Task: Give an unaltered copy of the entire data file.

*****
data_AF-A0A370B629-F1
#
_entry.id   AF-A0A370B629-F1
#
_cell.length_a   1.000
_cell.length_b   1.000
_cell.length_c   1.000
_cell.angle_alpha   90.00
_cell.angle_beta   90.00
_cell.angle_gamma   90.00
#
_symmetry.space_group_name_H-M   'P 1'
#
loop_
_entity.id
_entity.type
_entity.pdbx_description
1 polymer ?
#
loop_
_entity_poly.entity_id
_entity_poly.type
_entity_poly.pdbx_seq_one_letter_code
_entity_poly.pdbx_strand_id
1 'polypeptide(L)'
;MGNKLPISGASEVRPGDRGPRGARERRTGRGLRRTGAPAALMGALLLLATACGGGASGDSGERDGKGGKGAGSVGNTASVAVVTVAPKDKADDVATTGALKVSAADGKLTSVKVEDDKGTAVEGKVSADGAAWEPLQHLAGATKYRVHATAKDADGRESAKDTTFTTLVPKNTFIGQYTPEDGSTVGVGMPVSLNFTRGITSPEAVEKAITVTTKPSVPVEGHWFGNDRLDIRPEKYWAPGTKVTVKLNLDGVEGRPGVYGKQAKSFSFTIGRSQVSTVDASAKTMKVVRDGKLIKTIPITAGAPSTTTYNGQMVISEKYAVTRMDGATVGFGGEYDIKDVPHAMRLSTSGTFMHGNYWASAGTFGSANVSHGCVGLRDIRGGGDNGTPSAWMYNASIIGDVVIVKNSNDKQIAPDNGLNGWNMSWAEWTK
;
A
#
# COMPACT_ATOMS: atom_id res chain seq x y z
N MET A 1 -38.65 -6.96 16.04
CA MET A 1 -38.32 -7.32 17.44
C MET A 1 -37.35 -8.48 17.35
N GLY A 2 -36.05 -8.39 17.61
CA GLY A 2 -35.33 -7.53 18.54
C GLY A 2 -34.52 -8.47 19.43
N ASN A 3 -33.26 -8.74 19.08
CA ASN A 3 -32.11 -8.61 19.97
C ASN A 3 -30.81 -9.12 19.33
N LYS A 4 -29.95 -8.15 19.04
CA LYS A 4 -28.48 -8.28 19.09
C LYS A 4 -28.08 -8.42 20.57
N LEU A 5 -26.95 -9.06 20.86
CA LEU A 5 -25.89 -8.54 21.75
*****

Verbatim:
data_AF-A0A370B629-F1
#
_entry.id   AF-A0A370B629-F1
#
_cell.length_a   1.000
_cell.length_b   1.000
_cell.length_c   1.000
_cell.angle_alpha   90.00
_cell.angle_beta   90.00
_cell.angle_gamma   90.00
#
_symmetry.space_group_name_H-M   'P 1'
#
loop_
_entity.id
_entity.type
_entity.pdbx_description
1 polymer ?
#
loop_
_entity_poly.entity_id
_entity_poly.type
_entity_poly.pdbx_seq_one_letter_code
_entity_poly.pdbx_strand_id
1 'polypeptide(L)'
;MGNKLPISGASEVRPGDRGPRGARERRTGRGLRRTGAPAALMGALLLLATACGGGASGDSGERDGKGGKGAGSVGNTASVAVVTVAPKDKADDVATTGALKVSAADGKLTSVKVEDDKGTAVEGKVSADGAAWEPLQHLAGATKYRVHATAKDADGRESAKDTTFTTLVPKNTFIGQYTPEDGSTVGVGMPVSLNFTRGITSPEAVEKAITVTTKPSVPVEGHWFGNDRLDIRPEKYWAPGTKVTVKLNLDGVEGRPGVYGKQAKSFSFTIGRSQVSTVDASAKTMKVVRDGKLIKTIPITAGAPSTTTYNGQMVISEKYAVTRMDGATVGFGGEYDIKDVPHAMRLSTSGTFMHGNYWASAGTFGSANVSHGCVGLRDIRGGGDNGTPSAWMYNASIIGDVVIVKNSNDKQIAPDNGLNGWNMSWAEWTK
;
A
#
# COMPACT_ATOMS: atom_id res chain seq x y z
N MET A 1 -38.65 -6.96 16.04
CA MET A 1 -38.32 -7.32 17.44
C MET A 1 -37.35 -8.48 17.35
N GLY A 2 -36.05 -8.39 17.61
CA GLY A 2 -35.33 -7.53 18.54
C GLY A 2 -34.52 -8.47 19.43
N ASN A 3 -33.26 -8.74 19.08
CA ASN A 3 -32.11 -8.61 19.97
C ASN A 3 -30.81 -9.12 19.33
N LYS A 4 -29.95 -8.15 19.04
CA LYS A 4 -28.48 -8.28 19.09
C LYS A 4 -28.08 -8.42 20.57
N LEU A 5 -26.95 -9.06 20.86
CA LEU A 5 -25.89 -8.54 21.75